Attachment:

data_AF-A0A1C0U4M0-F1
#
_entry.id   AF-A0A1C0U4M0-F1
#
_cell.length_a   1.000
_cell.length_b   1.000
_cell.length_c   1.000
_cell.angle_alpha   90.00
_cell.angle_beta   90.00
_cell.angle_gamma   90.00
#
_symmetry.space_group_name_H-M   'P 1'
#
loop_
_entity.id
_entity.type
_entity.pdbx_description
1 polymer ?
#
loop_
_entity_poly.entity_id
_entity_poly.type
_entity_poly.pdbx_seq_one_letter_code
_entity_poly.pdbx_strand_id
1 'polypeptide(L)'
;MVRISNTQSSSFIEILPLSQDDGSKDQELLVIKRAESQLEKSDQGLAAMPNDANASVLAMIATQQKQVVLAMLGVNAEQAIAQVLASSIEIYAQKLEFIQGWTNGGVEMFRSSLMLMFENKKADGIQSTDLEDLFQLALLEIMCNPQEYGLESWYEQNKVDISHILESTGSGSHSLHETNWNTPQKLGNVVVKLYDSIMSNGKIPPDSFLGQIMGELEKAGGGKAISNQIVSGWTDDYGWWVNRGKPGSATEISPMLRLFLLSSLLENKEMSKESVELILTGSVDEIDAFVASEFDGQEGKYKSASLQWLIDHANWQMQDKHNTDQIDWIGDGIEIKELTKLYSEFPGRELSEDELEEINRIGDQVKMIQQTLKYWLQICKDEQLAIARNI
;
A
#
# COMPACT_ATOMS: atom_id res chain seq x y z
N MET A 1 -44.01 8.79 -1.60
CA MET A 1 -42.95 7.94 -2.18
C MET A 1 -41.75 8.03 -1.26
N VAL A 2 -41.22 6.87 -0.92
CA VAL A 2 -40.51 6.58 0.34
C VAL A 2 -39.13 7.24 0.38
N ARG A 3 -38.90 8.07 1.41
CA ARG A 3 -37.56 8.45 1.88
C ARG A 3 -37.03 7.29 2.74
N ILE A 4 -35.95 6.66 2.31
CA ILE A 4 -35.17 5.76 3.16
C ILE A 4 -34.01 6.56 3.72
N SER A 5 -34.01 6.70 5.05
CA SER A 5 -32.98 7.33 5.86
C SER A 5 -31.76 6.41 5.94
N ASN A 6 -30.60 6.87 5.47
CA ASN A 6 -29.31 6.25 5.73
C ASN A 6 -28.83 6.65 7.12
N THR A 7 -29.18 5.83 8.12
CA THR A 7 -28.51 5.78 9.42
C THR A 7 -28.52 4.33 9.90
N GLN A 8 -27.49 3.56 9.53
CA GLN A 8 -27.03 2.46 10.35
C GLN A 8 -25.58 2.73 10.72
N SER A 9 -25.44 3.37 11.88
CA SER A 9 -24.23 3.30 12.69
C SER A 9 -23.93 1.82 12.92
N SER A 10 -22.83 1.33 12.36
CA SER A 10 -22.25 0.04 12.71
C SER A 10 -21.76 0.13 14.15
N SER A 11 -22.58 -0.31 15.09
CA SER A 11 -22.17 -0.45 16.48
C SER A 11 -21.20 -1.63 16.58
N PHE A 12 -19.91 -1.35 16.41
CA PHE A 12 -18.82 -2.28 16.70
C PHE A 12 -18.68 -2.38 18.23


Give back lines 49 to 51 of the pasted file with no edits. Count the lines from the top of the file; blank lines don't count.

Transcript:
N THR A 7 -29.18 5.83 8.12
CA THR A 7 -28.51 5.78 9.42
C THR A 7 -28.52 4.33 9.90